Prairie onions are in the same family of plants as garden onions and garlic. The Allium family are bulb-forming plants. The prairie onion is native to the central US, including the Ozarks. It has been naturalized in many other places.
Wild prairie onions are edible and are tasty whether you use them raw or to cook. You can use them in any way you would use onions from the grocery store.
Where Do Prairie Onions Grow?
Wild prairie onions can be found in dry, rocky areas such as ledges and open prairies. In the spring you can find them by looking for the flowering heads which look like the photo above. The stalks stand 1-2 feet tall and the flowering heads are on the end of the single stalk.
How Do They Spread?
Prairie onions are spread by small black seeds that form in large amounts after the flowers have been fertilized. These seeds are a food source for numerous small birds and other animals.
What Do They Look Like?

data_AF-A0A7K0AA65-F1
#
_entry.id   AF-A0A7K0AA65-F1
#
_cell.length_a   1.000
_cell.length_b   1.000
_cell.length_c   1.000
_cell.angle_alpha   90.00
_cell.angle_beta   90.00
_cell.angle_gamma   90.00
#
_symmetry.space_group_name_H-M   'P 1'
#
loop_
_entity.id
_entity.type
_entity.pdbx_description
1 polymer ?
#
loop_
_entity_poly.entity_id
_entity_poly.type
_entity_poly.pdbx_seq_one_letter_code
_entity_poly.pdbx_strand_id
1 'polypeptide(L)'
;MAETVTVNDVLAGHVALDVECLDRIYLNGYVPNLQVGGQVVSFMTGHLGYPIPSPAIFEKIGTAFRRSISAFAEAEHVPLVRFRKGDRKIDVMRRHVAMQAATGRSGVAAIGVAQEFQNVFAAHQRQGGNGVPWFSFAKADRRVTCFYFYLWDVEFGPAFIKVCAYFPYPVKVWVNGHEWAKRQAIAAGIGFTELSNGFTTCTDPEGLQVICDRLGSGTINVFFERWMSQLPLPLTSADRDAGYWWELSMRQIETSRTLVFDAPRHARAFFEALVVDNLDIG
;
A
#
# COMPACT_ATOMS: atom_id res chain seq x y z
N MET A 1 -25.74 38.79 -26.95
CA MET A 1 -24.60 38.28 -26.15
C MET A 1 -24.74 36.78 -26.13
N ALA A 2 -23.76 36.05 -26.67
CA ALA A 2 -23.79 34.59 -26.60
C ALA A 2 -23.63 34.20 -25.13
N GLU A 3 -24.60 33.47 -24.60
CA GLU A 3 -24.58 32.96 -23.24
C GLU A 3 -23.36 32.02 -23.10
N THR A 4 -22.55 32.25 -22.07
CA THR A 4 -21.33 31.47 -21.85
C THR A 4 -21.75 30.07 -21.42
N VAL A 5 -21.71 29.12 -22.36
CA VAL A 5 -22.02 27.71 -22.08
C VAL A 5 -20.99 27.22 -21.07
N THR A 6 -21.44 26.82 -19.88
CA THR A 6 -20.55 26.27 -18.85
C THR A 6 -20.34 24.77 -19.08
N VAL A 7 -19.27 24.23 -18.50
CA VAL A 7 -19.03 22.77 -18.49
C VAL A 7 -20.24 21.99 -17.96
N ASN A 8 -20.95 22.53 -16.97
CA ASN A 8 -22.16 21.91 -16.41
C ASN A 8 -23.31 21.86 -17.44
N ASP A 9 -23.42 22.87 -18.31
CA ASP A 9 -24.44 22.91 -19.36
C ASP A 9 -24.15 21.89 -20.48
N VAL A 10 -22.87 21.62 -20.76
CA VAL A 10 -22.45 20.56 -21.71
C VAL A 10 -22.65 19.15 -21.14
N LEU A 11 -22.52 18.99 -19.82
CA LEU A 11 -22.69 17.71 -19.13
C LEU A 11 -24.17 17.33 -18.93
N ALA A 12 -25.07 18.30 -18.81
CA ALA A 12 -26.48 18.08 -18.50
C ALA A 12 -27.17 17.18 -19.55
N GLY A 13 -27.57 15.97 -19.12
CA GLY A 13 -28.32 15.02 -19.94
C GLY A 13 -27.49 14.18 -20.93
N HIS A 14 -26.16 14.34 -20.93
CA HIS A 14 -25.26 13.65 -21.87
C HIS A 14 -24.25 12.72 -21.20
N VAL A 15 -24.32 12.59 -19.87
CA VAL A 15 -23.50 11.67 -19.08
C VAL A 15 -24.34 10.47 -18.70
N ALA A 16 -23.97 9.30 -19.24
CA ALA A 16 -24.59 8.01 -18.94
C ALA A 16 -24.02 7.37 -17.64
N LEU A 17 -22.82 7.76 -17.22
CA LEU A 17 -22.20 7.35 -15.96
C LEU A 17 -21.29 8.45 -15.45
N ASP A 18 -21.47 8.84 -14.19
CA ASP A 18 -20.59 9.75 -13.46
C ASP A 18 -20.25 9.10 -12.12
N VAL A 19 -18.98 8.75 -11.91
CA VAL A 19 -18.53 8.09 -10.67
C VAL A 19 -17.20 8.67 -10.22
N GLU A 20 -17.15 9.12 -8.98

In early spring they sprout spindly green foliage that dies back once the stem begins to form. The stem is 1-2 feet tall and the flowers form a bulb on the end of the stalk. The bulb is small much like the green onions you buy in bundles at the supermarket. They are very similar in taste and texture.
Please be 100% sure of your identity of any wild plant you intend to consume or use on your body. Many wild plants, including this one, can have look-alikes that might make you ill, or worse. Don’t take a chance if you aren’t sure. Get a good field guide to wild edible plants or take someone you trust who has the knowledge of wild edibles.
You can read more about wild edible and medicinal plants at our list of articles.